Normalizing a coup
Vanessa Zepeda left her house in the Honduran capital of Tegucigalpa around 2pm on 4 February. By 6.30pm her lifeless body had been dumped from a passing car in the city’s Loraque neighbourhood – a community known for its resistance to the military takeover of Honduras. The point was to intimidate. Vanessa was a 29-year-old nurse, a union organizer with the Social Security Union and an activist in the democratic resistance to last June’s Honduran coup and its normalization under ‘elected’ President Porfi rio ‘Pepe’ Lobo, who had been inaugurated just eight days before. Pepe is said to be a law-and-order man – although that doesn’t seem to have done much good for Ms Zepeda or any of the other Honduran activists who continue to be brutalized and murdered.
The official language coming from the Honduran political élite these days is all about amnesty (for the coup-plotters), national reconciliation, truth commissions (chaired by a rightwing Guatemalan politician) and forgetting the past. The legitimate President, Manuel Zelaya, has been seen off from his precarious perch in the Brazilian embassy to exile in the Dominican Republic. Also anxious to ‘forget the past’ is the US Government – whose anti-coup actions were timid and ambivalent. It is currently clinging to the fi gleaf of last November’s martial law elections, in which less than half the electorate bothered to vote.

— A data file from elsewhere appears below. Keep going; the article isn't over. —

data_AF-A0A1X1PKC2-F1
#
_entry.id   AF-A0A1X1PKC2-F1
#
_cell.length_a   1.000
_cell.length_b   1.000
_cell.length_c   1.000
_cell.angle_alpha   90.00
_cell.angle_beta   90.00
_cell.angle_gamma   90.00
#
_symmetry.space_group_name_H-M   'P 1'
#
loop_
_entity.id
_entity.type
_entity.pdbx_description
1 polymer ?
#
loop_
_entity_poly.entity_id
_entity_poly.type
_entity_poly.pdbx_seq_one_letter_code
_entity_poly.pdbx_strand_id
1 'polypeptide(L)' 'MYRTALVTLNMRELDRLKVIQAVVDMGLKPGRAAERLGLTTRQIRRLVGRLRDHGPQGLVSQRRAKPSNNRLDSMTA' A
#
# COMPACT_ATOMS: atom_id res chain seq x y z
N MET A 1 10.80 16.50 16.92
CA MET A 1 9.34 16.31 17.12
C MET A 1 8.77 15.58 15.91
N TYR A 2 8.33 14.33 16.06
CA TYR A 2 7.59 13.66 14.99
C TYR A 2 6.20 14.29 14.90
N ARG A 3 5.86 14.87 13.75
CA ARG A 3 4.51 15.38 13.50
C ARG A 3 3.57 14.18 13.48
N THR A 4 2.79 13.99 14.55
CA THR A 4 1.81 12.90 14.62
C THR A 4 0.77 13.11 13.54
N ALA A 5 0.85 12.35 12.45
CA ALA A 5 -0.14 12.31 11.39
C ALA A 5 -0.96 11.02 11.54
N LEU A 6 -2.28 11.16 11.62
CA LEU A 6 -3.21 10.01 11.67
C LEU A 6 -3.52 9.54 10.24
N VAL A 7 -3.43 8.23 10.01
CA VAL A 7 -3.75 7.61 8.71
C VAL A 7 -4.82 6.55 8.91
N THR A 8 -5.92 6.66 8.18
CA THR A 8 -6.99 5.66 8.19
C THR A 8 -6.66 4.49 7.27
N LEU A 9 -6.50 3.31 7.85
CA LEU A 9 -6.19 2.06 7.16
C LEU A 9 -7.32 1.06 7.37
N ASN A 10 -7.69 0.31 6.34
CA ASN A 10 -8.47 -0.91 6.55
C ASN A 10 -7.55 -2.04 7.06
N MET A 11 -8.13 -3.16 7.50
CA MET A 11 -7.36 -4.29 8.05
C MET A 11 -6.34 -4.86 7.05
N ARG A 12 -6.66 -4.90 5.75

The issue in the elections was never who would win – both presidential candidates were pro-coup – but rather the turnout. President Zelaya and the besieged democratic opposition had called for a boycott, arguing that fair elections were impossible in conditions where opposition media were suppressed and anti-coup candidates harassed and intimidated.
Initially, the head of the Electoral Commission announced a twothirds turnout – a fi gure pounced on by North American media and politicians anxious to fi nd ‘a solution’ to the crisis. Independent observers have placed the turnout at below 50 per cent. Latin American opinion was much more divided, with Mexico, Brazil, Argentina and others refusing to recognize the legitimacy of the electoral mandate that installed Pepe. A February meeting of all Caribbean and Latin American countries to set up an alternative to the US-dominated Organization of American States pointedly refused to invite Honduras. But this has not prevented US diplomats from scurrying around the region trying to drum up support. The Conservative Government of Canada, anti-Zelaya from the start, was quick to jump on board, beholden as it is to the interests of Canadian mining and textile companies in Honduras.
An image can tell a story. Ms Zepeda’s picture, taken at a demonstration before her death, shows a proud and determined activist – not someone likely to back down. She paid a heavy price. The photo has been turned into a poster by her fellow union members: a symbol of the ongoing resistance to the normalization of military rule.
The tragedy of Honduras has left many Latin Americans sceptical of the Obama Government’s 2009 pledge to leave behind the bad old days of US meddling in favour of a more principled approach to hemispheric affairs. The main Washington lobbyist for Roberto Micheletti and the other coup-makers in Honduras is Lanny Davis, a former lawyer for US Secretary of State Hillary Clinton and husband Bill at the time of the Monica Lewinsky scandal. Those at the top have better access to the corridors of power than Vanessa Zepeda could ever have hoped for.
This article is from
the April 2010 issue
of New Internationalist.
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